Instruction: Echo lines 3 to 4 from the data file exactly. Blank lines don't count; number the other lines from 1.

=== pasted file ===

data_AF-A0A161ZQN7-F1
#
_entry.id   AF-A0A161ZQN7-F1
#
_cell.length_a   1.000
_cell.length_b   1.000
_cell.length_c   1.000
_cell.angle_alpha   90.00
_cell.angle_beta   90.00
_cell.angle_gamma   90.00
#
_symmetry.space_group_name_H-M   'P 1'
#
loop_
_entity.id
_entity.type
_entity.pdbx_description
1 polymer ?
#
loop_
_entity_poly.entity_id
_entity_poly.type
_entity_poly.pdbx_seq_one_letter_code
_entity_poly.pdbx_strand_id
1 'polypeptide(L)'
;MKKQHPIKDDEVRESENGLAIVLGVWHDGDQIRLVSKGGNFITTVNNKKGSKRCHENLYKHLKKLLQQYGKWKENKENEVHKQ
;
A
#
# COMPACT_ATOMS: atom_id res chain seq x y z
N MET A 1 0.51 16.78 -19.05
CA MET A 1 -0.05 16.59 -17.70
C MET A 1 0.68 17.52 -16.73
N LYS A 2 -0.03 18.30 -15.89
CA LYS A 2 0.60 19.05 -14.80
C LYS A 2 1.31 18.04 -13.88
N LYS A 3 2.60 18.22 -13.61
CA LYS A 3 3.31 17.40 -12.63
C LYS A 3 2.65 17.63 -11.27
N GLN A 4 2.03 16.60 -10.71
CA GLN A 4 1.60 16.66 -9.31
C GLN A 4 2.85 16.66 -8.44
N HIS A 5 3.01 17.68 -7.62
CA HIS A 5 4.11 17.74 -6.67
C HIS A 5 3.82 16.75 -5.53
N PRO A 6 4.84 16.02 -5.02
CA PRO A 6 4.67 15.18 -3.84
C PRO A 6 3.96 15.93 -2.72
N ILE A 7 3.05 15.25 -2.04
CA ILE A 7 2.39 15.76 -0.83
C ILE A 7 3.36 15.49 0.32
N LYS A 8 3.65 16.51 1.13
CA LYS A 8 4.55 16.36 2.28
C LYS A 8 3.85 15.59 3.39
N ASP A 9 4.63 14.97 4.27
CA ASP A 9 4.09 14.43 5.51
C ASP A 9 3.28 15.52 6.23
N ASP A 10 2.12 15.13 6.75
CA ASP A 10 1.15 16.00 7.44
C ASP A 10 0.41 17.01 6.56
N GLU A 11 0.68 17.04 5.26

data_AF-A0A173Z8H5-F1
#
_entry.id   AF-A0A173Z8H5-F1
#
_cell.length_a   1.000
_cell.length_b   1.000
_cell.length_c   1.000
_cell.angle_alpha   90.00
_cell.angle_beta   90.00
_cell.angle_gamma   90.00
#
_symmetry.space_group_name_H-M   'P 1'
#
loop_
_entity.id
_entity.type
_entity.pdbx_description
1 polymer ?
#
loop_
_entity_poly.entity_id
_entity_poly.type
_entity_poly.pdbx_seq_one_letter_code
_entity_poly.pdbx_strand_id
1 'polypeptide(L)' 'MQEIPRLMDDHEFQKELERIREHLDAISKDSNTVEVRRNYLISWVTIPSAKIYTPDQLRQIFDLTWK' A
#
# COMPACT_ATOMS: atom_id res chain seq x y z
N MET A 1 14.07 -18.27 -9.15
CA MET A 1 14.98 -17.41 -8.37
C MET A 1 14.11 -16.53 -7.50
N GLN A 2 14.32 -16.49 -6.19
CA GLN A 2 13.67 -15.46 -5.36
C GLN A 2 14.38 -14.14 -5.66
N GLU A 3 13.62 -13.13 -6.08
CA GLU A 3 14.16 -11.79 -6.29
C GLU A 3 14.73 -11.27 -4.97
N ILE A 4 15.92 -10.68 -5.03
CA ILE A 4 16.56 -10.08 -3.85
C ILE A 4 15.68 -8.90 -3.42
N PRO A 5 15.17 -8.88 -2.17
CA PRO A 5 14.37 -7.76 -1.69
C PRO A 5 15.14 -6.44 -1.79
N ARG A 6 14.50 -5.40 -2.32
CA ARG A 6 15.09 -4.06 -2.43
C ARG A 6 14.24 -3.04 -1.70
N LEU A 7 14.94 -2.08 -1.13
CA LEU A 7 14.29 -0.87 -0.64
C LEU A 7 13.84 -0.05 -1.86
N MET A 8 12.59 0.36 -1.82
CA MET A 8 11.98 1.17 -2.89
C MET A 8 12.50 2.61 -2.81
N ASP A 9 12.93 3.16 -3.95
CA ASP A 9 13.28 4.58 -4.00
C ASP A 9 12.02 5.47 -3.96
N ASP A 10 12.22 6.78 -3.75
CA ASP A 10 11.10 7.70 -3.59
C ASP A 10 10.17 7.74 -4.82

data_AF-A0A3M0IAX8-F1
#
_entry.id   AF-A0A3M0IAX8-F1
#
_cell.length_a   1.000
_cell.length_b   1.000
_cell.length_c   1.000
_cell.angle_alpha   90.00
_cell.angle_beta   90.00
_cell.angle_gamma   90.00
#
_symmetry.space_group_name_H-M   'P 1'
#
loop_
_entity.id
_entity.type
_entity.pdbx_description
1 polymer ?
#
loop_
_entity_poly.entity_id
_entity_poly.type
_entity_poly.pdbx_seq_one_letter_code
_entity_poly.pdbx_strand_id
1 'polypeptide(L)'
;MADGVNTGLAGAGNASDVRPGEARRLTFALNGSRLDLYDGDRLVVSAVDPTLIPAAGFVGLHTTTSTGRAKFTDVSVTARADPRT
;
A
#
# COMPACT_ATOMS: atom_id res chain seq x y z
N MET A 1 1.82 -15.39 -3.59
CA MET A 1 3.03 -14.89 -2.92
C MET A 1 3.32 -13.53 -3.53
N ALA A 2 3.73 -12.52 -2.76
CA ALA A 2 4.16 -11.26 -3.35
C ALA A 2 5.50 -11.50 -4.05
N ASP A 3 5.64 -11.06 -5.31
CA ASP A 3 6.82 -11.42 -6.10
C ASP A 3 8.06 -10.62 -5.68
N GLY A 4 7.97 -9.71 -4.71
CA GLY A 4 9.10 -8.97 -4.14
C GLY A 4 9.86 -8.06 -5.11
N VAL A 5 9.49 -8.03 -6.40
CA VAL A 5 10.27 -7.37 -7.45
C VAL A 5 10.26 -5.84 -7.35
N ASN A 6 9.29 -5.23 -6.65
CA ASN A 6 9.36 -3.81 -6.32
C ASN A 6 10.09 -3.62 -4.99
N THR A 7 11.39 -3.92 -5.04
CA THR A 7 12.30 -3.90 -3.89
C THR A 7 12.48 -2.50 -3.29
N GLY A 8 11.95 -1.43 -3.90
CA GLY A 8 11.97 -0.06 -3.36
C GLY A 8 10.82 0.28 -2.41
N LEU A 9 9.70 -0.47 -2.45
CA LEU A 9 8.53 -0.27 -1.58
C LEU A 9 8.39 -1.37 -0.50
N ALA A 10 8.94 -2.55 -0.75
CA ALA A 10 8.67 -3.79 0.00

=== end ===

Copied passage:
_entry.id   AF-A0A161ZQN7-F1
#